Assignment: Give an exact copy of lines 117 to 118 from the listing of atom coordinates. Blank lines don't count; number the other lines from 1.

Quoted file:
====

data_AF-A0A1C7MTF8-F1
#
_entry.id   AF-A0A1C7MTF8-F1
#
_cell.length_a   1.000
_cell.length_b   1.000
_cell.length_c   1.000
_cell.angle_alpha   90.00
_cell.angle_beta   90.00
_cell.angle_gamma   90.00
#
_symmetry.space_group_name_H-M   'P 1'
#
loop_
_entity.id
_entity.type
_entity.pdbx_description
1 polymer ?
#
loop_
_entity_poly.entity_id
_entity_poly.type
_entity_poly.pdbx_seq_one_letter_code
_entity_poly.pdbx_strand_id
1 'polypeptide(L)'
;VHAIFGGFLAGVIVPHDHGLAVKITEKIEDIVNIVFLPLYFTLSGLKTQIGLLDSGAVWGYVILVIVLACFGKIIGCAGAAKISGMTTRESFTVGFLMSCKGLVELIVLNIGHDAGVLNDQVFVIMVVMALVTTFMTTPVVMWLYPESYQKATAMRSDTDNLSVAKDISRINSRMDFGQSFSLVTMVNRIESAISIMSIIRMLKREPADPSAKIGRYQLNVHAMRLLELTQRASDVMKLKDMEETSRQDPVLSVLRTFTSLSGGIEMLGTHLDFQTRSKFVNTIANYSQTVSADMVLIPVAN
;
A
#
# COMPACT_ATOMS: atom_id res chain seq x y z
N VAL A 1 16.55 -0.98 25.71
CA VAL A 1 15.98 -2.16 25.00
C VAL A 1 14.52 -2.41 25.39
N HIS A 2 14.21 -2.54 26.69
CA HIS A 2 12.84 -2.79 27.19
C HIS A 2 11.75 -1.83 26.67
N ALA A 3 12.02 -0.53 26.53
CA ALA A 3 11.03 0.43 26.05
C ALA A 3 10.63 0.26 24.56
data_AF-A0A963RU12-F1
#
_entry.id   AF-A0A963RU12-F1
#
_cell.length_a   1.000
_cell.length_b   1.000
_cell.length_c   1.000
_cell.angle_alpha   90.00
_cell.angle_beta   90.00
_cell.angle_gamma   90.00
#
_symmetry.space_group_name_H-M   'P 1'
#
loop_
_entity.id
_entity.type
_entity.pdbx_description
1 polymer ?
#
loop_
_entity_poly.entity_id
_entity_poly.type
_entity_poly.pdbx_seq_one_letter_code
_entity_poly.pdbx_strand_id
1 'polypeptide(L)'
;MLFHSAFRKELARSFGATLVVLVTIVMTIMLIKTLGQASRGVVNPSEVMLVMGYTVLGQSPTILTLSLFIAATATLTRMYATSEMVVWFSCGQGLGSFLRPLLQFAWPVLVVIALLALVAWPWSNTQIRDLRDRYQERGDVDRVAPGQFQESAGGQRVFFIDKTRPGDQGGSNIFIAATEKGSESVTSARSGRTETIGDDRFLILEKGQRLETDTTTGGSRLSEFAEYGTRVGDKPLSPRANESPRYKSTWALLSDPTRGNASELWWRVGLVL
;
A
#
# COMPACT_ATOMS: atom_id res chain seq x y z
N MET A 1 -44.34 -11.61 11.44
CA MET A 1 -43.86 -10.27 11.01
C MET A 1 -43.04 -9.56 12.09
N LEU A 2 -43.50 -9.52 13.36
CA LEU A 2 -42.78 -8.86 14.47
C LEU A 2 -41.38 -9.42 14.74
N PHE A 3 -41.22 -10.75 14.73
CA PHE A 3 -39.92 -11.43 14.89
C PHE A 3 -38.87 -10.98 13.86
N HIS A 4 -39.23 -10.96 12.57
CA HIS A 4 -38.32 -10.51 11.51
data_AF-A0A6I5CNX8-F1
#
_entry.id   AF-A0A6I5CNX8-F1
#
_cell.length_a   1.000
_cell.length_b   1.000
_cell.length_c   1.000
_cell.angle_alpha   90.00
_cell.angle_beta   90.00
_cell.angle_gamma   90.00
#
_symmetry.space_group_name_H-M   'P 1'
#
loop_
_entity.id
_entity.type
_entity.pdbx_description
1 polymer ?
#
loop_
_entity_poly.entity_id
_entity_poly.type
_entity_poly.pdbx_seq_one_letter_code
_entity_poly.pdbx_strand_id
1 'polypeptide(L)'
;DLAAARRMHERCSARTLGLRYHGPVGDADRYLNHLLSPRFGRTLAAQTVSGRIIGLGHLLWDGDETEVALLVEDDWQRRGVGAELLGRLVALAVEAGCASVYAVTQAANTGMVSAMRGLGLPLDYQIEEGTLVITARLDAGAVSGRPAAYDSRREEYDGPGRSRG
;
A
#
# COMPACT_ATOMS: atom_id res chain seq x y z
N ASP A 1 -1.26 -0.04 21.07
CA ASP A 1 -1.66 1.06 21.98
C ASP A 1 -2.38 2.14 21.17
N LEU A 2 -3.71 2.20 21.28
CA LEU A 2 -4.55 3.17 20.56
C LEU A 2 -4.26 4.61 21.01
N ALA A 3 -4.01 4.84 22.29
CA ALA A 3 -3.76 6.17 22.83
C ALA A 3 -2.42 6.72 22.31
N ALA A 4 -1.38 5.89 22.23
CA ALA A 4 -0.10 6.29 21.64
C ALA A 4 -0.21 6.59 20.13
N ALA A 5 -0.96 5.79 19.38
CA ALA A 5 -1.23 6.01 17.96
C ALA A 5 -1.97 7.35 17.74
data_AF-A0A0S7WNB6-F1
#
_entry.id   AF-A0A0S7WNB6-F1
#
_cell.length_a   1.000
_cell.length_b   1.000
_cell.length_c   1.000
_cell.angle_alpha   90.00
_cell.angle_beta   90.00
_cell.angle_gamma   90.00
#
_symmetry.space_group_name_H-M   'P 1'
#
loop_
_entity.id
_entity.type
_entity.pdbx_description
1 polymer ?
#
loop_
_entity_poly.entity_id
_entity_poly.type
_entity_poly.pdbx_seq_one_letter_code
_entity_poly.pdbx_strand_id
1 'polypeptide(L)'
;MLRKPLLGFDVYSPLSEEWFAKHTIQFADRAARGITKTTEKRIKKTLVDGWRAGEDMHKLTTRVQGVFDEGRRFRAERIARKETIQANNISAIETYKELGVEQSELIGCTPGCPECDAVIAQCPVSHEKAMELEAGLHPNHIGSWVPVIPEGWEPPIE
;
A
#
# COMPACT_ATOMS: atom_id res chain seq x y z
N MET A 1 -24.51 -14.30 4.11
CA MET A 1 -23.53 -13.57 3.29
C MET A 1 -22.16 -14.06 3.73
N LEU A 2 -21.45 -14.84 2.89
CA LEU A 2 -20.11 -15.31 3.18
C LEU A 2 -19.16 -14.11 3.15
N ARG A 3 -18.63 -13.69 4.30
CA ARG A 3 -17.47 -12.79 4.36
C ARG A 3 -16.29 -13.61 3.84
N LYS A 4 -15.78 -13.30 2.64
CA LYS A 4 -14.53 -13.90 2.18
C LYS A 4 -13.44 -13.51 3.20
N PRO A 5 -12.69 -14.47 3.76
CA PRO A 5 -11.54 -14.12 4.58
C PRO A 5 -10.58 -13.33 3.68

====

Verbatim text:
N ALA A 3 -4.01 4.84 22.29
CA ALA A 3 -3.76 6.17 22.83